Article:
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Waiting for walk-in traffic is not a marketing strategy. In order to continue bringing in a monthly flow of traffic, you need to have a systematic plan in place, but it can be very intimidating to begin putting a complete and extensive marketing plan together.
Too many clubs use a shotgun approach to marketing. They try one thing and when it doesn’t work immediately, they move on to something else. Successful marketing is not a one-time mailer or buying ad space because someone came to your door with an amazing ValPak offer. Marketing in this manner has never really worked for our industry (or for any other industry, for that matter). If you just perform a la carte marketing, you will likely never experience a steady flow of prospect traffic.
To begin developing a customized marketing plan, the first thing you need to do is determine the budget you have to work with. Remember, even if you feel you don’t have a budget, you probably do. The last thing you want to do is wait until you need a boost in your revenues to begin marketing. Instead, your marketing efforts should never end. Marketing textbooks will tell you that the average amount you should put toward marketing is 13% of revenues. Not profits, revenues.
But many club owners are having difficulty simply paying the bills… what then?
It’s a tough situation to be in: You can’t make money without spending money, and you can’t spend money if you don’t have money. But if you look closely, you will find some areas to cut costs or increase profit centers by a few dollars. Begin with a marketing budget of 2% of your revenues—whatever it is you can spare! You must allocate a portion of your revenues to marketing, and you MUST plan how you spend that money. The better prepared you are, and the better the marketing message is that you are delivering, the more likely it is that you will see a higher ROI. Then you can increase your marketing budget the following month, and the month after that. But you need a plan to make it happen efficiently.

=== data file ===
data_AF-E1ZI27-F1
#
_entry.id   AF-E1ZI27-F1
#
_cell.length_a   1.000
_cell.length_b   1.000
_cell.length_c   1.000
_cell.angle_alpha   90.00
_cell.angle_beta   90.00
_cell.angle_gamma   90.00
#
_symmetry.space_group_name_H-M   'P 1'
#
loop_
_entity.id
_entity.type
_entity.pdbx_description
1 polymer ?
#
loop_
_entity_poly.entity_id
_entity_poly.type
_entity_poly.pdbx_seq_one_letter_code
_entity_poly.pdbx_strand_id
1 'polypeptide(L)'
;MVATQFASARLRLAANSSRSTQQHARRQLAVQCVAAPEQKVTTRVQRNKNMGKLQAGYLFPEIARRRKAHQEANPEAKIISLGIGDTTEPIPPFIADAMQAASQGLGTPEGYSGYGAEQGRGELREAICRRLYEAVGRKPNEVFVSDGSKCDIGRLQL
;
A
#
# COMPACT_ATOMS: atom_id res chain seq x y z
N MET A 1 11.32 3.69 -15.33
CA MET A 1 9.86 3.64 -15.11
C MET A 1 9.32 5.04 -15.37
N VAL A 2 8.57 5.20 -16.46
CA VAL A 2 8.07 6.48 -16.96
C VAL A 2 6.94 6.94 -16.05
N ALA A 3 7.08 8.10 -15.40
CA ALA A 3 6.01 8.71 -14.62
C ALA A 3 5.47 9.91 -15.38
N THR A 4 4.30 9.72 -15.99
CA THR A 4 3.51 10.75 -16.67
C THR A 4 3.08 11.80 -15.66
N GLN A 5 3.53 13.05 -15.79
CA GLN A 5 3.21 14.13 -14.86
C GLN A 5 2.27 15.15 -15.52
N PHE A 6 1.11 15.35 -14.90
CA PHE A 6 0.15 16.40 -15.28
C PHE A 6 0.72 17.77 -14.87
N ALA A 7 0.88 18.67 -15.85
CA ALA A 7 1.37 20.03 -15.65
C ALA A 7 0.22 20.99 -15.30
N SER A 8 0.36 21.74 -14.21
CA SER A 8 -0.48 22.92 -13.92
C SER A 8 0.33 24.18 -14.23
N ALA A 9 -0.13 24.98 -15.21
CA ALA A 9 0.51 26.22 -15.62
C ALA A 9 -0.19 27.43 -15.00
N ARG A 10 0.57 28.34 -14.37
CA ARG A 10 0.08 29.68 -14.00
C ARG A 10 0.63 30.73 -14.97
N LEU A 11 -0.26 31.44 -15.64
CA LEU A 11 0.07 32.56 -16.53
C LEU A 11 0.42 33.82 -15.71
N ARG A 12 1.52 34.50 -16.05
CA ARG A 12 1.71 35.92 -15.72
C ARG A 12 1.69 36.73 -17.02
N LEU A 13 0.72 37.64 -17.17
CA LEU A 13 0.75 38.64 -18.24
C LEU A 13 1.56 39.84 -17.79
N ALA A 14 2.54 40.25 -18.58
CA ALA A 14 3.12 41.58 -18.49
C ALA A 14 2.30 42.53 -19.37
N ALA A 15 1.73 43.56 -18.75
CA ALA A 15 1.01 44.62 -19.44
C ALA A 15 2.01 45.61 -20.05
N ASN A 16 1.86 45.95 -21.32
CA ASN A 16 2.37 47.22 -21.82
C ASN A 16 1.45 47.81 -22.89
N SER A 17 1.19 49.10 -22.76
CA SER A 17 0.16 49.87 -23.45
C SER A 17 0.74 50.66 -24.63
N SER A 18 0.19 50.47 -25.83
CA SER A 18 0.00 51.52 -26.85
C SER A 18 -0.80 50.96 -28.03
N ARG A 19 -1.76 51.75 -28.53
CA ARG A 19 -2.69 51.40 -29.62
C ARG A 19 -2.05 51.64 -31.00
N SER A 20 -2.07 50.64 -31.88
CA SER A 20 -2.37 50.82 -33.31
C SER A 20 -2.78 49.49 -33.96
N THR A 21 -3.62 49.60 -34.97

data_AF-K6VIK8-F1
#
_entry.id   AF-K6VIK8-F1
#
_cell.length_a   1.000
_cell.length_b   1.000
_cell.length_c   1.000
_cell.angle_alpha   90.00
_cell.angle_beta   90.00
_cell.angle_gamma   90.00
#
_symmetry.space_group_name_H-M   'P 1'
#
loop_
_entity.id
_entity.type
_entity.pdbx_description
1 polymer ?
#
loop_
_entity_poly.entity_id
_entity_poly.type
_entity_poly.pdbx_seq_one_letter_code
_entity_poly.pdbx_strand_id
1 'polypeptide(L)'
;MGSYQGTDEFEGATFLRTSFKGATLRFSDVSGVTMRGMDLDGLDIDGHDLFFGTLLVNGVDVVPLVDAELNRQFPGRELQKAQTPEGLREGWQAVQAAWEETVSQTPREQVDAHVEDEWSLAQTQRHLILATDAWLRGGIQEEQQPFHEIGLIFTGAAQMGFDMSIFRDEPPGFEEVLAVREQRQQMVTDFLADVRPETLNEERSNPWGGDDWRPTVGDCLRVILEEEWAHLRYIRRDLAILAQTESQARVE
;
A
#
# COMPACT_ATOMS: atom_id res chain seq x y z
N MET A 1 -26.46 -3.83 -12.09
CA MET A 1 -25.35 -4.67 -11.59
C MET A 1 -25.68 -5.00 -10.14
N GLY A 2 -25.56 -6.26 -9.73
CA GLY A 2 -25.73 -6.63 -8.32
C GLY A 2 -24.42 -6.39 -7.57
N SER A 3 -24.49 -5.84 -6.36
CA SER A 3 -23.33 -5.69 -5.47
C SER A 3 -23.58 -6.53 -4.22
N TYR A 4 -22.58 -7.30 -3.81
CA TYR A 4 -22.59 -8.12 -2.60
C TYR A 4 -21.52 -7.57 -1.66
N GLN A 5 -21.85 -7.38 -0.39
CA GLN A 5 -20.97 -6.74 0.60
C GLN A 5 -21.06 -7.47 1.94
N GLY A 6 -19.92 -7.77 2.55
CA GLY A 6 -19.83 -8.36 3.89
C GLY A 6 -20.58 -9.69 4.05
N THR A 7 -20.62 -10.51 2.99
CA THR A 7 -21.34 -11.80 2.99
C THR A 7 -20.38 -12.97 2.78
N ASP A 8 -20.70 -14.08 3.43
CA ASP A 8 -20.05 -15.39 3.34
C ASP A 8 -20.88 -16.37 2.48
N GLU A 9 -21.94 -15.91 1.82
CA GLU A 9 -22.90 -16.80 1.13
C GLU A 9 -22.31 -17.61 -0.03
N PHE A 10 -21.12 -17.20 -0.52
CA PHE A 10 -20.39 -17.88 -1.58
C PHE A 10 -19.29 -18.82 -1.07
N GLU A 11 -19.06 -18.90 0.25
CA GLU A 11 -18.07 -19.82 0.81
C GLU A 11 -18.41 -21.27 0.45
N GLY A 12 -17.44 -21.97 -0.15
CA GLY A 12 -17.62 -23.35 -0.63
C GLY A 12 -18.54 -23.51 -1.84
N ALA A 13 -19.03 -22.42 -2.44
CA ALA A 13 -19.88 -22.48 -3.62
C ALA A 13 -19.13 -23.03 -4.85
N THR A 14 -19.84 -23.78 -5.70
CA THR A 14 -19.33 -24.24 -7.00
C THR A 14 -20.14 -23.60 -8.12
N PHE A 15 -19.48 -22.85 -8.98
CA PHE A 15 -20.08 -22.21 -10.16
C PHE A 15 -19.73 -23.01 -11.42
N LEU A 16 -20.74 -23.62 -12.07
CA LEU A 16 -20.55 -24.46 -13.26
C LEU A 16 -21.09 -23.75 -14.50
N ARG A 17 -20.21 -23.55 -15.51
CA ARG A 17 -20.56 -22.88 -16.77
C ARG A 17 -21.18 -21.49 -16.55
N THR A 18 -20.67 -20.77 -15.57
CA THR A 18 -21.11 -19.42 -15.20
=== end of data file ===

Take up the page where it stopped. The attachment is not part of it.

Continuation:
Getting It Done
It won’t take long to create a plan for success. Sit down one Saturday afternoon and create a separate page for every month of the year. After evaluating your budget, you should know how much you can allocate to marketing. Think about what types of marketing works best at certain times of the year. For example, January is New Years Resolutions, March is Prepare for Swimsuit Season, June is Summer for Free, August is Back to School. These are the obvious ones, but you can get creative with this!
Perhaps if you’re a Northern club, cold weather sets in faster than in the Southern states. Perhaps if you’re in the south, people want to beat the heat during the summer by exercising indoors. Or maybe your demographics will help determine your marketing plan. For example, if you live in a blue-collar area, one of the best times to advertise could be tax return time. Or, if you offer child care, the summer is a perfect time to give parents a break from their kids while they work out. And if you live in a college town, choose certain events on campus to be a part of.
Using the theme of the month method, determine what types of marketing will best reach your prospects. Utilize direct mail in January. Get involved with youth organizations in the Spring and Summer. Is there a parade or a festival in your town? Think of ways you can volunteer or get involved. Obviously, the plan might need to be tweaked as the months progress, or if you’re presented with unique marketing opportunities. As a health club owner, you are accustomed to constantly bobbing and weaving; marketing is no exception.
Your marketing plan is essential to your overall success as a health club owner. Everything you do should be based on a system. Take the time to develop your plan, then adjust accordingly as you progress through each month, but stick as closely to the plan as possible and you could find your marketing budget is increasing monthly.